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US Embassy Ukraine Chargé d’Affaires Bill Taylor to Leave Kyiv at End of Year

 

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U.S. Senate Joins House, Passes Resolution Recognizing the Armenian Genocide

 

On October 29, the U.S. House of Representatives voted 405-11 agreeing to H.Res. 296 “Affirming the United States record on the Armenian Genocide”. October 29 is also Turkey’s Republic Day, the 96th anniversary commemorating the proclamation of the Republic of Turkey in 1923.
On December 12, the U.S. Senate also passed S.Res.150 “Expressing the sense of the Senate that it is the policy of the United States to commemorate the Armenian Genocide through official recognition and remembrance.” The Resolution was agreed to in Senate without amendment and passed by unanimous consent.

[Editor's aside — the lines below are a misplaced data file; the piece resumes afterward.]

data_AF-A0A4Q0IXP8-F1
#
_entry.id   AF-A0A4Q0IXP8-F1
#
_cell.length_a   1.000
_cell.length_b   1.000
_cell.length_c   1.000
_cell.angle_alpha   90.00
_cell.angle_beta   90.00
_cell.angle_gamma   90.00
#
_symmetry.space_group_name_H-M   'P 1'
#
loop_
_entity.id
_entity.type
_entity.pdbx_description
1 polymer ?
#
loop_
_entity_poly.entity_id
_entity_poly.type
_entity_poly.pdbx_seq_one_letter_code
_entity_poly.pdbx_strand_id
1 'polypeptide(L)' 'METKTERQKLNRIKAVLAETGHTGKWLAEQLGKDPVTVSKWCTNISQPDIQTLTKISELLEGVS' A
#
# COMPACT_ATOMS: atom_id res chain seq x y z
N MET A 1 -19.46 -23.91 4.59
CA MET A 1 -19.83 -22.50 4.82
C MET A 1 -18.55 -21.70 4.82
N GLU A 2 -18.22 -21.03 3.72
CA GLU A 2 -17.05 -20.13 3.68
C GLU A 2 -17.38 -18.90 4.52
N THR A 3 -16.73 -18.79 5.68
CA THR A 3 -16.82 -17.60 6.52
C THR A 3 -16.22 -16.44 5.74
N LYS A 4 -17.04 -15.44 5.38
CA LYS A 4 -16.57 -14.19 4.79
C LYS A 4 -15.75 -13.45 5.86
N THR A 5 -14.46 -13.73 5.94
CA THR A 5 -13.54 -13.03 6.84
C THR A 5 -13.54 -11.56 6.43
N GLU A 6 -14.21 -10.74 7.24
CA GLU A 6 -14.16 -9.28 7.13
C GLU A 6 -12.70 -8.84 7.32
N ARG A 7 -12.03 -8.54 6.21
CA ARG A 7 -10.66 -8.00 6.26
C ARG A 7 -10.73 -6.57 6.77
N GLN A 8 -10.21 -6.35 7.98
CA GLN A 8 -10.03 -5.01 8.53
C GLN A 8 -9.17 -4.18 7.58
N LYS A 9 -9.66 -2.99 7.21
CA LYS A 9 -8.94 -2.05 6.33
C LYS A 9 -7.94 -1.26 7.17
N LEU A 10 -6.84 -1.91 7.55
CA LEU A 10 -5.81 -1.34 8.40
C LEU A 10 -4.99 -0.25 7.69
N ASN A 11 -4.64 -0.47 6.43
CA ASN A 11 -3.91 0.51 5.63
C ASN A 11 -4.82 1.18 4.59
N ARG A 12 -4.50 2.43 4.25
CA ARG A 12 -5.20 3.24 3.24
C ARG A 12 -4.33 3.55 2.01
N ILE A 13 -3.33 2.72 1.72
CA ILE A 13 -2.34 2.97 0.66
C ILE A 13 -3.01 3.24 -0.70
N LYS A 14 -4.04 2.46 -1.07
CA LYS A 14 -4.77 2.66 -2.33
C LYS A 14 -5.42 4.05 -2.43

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U.S. Senate Confirms John Sullivan as U.S. Ambassador to the Russian Federation

 

 

PN1232: John Joseph Sullivan, of Maryland, to be Ambassador to the Russian Federation
— By unanimous consent agreement, vote 12/11/2019.
— Cloture invoked in Senate by Yea-Nay Vote. 69 – 25. Record Vote Number: 392
— Considered by Senate.
— By unanimous consent agreement, debate and vote 12/12/2019.

 

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USEU Gordon Sondland’s Home Renovation in Brussels: Much Higher Than First Reported

 

WaPo and Vanity Fair both reported about the renovation at the Chief of Mission Residence in Brussels, the official residence of the US Ambassador to the European Union Gordon Sondland. Excerpt via Vanity Fair: